REPULSION, in physics, that property in bodies, whereby, if they are placed just beyond the sphere of each other's attraction of cohesion, they mutually fly from each other. Thus, if an oily sub. stance, lighter than water, be placed on the surface thereof, or if a piece of iron be laid upon mercury, the surface of the fluid will be depressed about the body laid on it : this depression is manifestly occasioned by a repelling power in the bodies, which hinders the approach of the fluid towards them. But it is pos sible, in some cases, to press or force the repelling bodies into the sphere of one another's attraction ; and then they will mutually tend towards each other, as when we mix oil and water till they in. corporate. Dr. Knight defines repulsion to be that cause which makes bodies mu tually endeavour to recede from each other, with different forces, at different times ; and that such a cause exists in na ture, he thinks evident, for the following reasons. 1. Because all bodies are elec trical, or capable of being made so ; and it is well known, that electrical bodies both attract and repel. 2. Both attrac tion and repulsion are very conspicuous in all magnetical bodies. 3. Sir Isaac Newton has shown from experiments, that the surfaces of two convex glasses repel each other. 4. The same great philosopher has explained the elasticity of the air, by supposing its particles mu tually to repel each other. 5. The par ticles of light are, in part at least, re pelled from the surfaces of all bodies. 6. Lastly, it seems highly probable, that the particles of light mutually repel each other, as well as the particles of air. The same gentleman ascribes the cause of re pulsion, as well as that of attraction, to the immediate effect of God's will ; and as attraction and repulsion are contraries, and consequently cannot, at the same time, belong to the same substance, the doctor supposes there are in nature two kinds of matter, one attracting, the other repelling ; and that those particles of matter which repel each other, are sub ject to the general law of attraction in respect of other matter. A repellent matter being thus supposed, equally dis persed through the whole universe, the doctor attempts to account for many na tural phenomena by means thereof Ile thinks light is nothing but this repellent matter put into violent vibrations, by the repellent corpuscles which compose the atmosphere of the sun and stars : and that, therefore, we have no reason to be lieve they are gulphs of fire, but, like the rest of the heavenly bodies, inhabita ble worlds. From the same principles, he attempts to explain the nature of fire and beat, the various phenomena of the magnet, and the cause of the variation of the needle : and, indeed, it is difficult, if not impossible, by the doctrine of attrac tion alone, to account for all the pheno mena observable in experiments made with magnets, which may now be solved by admitting this doctrine of a repellent fluid ; but whether it will be sufficient to account for all the particular phenomena of nature, which are the proper tests of an hypothesis, time and experience alone must determine. The doctor also endea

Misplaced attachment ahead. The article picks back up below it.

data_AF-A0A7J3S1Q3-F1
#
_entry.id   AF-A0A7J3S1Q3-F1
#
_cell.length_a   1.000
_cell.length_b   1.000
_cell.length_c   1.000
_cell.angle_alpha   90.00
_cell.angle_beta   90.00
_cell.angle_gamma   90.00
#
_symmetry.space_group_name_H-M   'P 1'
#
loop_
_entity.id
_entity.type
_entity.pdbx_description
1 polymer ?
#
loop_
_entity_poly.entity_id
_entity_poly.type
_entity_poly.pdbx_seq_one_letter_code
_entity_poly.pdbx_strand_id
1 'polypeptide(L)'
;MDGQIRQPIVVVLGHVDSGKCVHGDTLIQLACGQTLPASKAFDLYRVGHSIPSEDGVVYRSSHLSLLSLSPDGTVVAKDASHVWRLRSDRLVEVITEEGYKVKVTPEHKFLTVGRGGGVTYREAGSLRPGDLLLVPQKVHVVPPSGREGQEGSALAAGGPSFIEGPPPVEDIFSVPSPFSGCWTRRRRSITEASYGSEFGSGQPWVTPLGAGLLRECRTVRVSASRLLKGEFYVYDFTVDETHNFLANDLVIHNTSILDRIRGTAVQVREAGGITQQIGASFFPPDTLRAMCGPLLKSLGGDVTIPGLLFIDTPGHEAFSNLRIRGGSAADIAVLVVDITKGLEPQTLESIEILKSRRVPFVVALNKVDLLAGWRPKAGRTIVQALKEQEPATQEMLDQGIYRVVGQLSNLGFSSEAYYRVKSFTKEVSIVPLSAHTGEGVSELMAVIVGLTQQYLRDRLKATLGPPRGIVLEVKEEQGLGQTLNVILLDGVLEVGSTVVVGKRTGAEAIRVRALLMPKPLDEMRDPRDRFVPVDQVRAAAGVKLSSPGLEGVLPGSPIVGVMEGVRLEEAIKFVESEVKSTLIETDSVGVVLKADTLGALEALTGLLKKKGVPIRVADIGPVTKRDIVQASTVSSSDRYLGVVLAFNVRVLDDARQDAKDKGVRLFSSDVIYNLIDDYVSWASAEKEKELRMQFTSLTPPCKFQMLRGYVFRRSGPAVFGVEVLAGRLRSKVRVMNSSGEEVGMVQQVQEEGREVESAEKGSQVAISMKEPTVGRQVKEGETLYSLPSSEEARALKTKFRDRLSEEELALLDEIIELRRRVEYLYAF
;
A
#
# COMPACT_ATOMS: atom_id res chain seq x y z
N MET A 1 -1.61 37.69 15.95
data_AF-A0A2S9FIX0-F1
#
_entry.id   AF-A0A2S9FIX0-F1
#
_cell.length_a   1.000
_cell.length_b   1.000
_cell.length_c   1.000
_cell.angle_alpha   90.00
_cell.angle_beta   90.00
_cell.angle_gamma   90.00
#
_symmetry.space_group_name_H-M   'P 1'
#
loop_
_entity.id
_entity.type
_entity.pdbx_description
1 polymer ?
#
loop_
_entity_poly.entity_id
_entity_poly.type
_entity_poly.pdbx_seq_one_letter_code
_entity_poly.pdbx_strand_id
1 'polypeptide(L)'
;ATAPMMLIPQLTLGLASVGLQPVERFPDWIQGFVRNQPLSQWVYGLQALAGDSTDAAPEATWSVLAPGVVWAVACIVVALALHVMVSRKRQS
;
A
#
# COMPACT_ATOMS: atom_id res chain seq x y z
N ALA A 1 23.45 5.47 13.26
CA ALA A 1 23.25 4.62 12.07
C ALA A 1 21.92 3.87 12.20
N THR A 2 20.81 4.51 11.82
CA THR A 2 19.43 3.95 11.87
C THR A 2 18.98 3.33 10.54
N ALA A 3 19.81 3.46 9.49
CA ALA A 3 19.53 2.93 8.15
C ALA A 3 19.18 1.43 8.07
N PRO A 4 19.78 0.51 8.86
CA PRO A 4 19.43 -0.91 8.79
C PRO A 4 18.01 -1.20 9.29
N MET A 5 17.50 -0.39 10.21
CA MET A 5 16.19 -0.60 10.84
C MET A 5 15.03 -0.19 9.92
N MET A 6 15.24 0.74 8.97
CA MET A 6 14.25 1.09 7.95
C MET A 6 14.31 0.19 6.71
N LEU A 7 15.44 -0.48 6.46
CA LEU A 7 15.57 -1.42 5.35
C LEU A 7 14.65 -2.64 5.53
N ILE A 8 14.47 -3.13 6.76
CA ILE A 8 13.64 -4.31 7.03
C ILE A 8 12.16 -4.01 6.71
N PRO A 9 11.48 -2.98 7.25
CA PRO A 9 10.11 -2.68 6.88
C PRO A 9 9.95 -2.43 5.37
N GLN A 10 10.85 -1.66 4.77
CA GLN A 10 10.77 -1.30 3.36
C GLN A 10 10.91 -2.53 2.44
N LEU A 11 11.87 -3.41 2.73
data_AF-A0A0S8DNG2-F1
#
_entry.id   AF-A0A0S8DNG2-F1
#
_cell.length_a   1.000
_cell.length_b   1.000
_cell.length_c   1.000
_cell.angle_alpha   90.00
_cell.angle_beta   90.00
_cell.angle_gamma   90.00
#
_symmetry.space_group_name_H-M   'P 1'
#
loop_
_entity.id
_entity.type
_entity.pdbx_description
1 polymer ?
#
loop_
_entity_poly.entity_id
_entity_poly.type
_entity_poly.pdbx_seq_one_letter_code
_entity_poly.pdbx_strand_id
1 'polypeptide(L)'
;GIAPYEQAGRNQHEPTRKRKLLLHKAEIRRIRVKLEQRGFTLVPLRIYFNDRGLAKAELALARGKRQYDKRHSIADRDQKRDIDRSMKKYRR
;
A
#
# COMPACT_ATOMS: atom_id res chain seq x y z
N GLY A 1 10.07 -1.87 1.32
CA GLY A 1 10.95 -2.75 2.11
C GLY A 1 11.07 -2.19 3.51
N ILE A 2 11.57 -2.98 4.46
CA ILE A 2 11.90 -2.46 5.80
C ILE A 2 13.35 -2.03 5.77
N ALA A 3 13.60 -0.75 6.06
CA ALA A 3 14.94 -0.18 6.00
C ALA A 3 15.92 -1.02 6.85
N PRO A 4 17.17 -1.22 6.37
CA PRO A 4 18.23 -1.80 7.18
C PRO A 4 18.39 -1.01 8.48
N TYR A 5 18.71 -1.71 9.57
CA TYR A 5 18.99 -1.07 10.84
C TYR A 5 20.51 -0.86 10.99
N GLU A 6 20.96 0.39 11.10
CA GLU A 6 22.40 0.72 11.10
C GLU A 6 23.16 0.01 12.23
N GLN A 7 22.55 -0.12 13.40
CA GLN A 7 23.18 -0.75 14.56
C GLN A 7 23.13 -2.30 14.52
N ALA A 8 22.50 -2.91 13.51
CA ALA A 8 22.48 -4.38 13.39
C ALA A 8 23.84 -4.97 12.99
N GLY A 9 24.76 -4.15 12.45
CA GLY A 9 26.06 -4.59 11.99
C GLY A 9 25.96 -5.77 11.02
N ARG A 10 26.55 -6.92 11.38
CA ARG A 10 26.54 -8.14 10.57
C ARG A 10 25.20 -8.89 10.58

vours to show, that the attractions of co hesion, gravity, and magnetism, are the same, and that by these two active prin ciples, viz. attraction and repulsion, all the phenomena of nature may be explain ed ; but as his ingenious treatise on this subject is laid down in a series of propo sitions, all connected together, it would be impossible to do justice to his argu ments without transcribing the whole : we shall therefore refer the curious to the book itself According to 'sGravesande and others, when light is reflected from a polished spherical surface, the particles of light do not strike upon the solid parts, and so rebound from them ; but are repelled from the surface, at a small distance before they touch it, by a power extended all over the said polished surface. And Sir Isaac Newton observes, that the rays of light are also expelled by the edges of bodies, as they pass near them ; so as to make their shadows, in some cases, lar ger than they would otherwise be.
Ran:LS.10N, in chemistry. Sir Isaac Newton demonstrated, that if this law be correct, then the force, by which the particles of air recede from each other, increases or diminishes at the same rate thai the distance between the centres of the particles, or atoms, of which it is composed, diminishes or increases ; or, which is the same thing, that the repul sion between the particles of gaseous bo dies is always inversely as the distance of their centres from each other. Now the distance between the centres of the atoms of elastic fluids always varies as the cube root of their density, taking the word in its common acceptation. Thus, if the density of air, under the mean pres sure of the atmosphere, be supposed 1; if it be forced into ph of its hulk, its density becomes 8. In these two cases we have the distance between the atoms of air inversely as the cube root of 1 to the cube root of 8, or as 1 to 2. So that if air be compressed into of its bulk, the distance between its particles is re duced to one half, and of course the re pulsion between them is doubled. If air be rarified 300 times, we have its density reduced to _th of that of common air.
Here we have the distance between the atoms of common and the rarified air, as 3 3 : 300, or nearly as 1 : 7. So that when air is rarified 300 times, the dis tance between its particles becomes al most seven times greater, and of course their repulsion is diminished almost se venfold